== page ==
Retiring Workforce: How to Help Retirees Transition to the Next Chapter

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Baby boomers are leaving their lofty corporate positions and retiring to the Hamptons. They’re leaving their jobs to the millennials and Generation Z. But is your company ready for such a transition? Are you ready to lose employees who have been with you for the better part of the last two decades? Many companies are now in limbo. They aren’t exactly sure if the younger generations can fill in the shoes of the baby boomers.

But that’s just it. There’s nothing you can do but let these baby boomers go and live their lives. They’ve been on the receiving end of the brunt of the coronavirus pandemic. They were the most vulnerable. Many of their friends and peers already succumbed to the virus. The past year was not a walk in the park for them. Somehow, they found themselves isolated from their grandkids and quarantined at home. They should’ve been traveling the world and enjoying the hard work of the past decades.

For companies, the challenges are even more immense. They find themselves without their pillars. Many of these baby boomers were responsible for the growth of the companies, treating them more like their own kids as the years passed. So, how can you prepare your company and help your retiring workforce transition?

Put Value on Their Retirement

What were the promises you made during the job contract signing all those years ago? Your retiring workforce is expecting to receive the benefits that you promised when they first signed up with you. One of the things that you can provide to help them transition into their retirements is the knowledge of what they should do with their pension.

retirement

If you are offering something similar to the AT&T pension program, you know that they provide financial planning and consultation to their retirees. The same program will benefit your retirees. They need to be guided throughout the transition process.

Encourage Them to Take Training and Workshops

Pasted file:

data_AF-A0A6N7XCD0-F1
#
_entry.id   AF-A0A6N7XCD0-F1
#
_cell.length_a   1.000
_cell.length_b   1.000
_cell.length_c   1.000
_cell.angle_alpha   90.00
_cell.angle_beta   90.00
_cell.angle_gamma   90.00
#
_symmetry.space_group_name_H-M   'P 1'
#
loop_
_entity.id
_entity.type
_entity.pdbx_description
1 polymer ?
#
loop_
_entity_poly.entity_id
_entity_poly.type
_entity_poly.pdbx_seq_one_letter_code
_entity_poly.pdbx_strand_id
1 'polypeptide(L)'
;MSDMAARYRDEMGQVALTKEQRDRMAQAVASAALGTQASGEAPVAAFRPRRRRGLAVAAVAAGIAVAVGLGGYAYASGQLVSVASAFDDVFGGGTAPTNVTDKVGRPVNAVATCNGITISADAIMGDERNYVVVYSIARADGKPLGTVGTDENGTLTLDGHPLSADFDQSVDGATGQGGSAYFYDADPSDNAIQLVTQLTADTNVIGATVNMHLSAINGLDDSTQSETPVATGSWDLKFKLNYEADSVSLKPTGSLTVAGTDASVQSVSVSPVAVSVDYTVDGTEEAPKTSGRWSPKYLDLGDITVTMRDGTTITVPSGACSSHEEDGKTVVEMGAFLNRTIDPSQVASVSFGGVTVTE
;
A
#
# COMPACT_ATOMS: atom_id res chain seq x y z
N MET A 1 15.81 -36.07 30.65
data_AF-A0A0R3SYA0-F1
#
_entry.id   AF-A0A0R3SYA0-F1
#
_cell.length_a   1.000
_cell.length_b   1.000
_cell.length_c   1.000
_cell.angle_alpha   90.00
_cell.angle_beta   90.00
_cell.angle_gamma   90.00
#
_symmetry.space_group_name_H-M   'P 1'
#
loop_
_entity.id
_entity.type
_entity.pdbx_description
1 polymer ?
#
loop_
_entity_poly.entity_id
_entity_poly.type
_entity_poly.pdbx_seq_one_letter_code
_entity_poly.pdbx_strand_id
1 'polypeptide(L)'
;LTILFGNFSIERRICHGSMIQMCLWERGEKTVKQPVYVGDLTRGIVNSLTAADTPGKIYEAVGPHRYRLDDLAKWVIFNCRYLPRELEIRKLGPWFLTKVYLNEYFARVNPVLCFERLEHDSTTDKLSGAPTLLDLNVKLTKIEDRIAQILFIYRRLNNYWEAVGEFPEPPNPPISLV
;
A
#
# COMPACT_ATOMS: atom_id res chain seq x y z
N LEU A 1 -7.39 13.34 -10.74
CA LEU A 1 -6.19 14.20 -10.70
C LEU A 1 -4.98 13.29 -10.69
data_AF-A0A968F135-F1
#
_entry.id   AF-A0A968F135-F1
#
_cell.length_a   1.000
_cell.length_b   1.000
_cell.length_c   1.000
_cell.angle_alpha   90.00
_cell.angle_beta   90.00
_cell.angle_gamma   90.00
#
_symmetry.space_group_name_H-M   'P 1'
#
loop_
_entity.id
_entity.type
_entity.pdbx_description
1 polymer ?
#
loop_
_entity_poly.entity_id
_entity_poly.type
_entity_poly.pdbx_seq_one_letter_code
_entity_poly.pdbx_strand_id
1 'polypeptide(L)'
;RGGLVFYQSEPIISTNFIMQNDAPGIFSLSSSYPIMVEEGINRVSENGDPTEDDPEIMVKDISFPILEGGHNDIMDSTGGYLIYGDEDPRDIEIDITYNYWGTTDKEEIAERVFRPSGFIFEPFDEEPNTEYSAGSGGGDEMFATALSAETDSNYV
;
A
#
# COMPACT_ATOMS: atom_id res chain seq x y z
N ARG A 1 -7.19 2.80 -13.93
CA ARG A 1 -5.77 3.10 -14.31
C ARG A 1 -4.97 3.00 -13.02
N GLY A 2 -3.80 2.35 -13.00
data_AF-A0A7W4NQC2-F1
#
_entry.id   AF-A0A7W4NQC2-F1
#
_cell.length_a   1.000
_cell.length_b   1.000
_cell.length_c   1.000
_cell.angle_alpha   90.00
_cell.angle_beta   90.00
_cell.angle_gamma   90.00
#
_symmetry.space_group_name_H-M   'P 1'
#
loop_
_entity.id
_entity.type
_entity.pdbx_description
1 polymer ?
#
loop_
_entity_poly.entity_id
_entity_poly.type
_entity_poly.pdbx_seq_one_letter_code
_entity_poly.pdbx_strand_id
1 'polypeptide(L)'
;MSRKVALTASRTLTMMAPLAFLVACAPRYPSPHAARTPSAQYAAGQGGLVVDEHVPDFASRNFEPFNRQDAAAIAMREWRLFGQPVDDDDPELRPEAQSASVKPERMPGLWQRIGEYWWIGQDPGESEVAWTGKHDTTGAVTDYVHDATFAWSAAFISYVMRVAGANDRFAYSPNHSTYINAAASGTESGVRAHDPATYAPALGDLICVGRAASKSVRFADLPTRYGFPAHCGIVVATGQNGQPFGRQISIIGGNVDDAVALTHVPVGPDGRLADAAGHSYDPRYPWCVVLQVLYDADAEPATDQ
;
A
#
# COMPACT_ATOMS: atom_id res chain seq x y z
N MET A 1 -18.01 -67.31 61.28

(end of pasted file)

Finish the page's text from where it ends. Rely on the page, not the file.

Retirees don’t retire because they want to sleep all day and do nothing. They do it because they want to pursue different interests and passions. That’s what retirement is for. One way you can help your workforce is to encourage them to take up classes—gardening, knitting, and other crafts. You can provide a flexible working schedule months before they retire. This way, they can still be gainfully employed while also learning about things they could do when they are retired.

Provide Financial Advice

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You wouldn’t want to see your retiring workforce looking for a job a year or two years after leaving your company, right? You want them to enjoy their retirement. That’s why you have to protect their finances. Talk to them about where they plan to put their pension fund. Do they plan to take a lump sum amount? Are they going to invest in the stock market? You can provide training and financial advice.

There is also a tax implication on retiring workers. Today’s accumulation tools give pensioners and retirees a chance to save on their taxes. They have to be aware of what tax bracket they fall under so they can plan accordingly. Letting your company accountant walk them through this process is a good start for their retirement.

Ask Them to Share Their Knowledge

The best transition for retiring employees is to teach younger employees how to deal with the work that will be left to them. While younger employees are driven much like their predecessors, they often lack the experience to deal with a crisis in the organization. Your company can avoid knowledge silos if the retiring workforce is willing to train the younger ones. There should be knowledge-sharing across departments. If possible, some of the retirees can do consultation jobs with you in the future.

Don’t Force Them to Retire

Sure, some of your workers are already in the retirement age. You think you need a younger workforce to compete with other organizations. However, don’t undervalue older workers. They have much to contribute to your company. If you think their skills are already lacking because of the modernity of your approaches, then re-train them. You can still keep part of your retiring workforce, especially for critical positions in the company.

A company needs to support its workforce—whether these are new hires or retiring ones. It’s one of the employee benefits that will encourage loyalty to the organization. If you want to keep your workforce happy, it should be by providing them the care and support they need, especially after a lifetime of service. Seeing you care for the older workforce will show the younger ones that they are right in choosing your organization.

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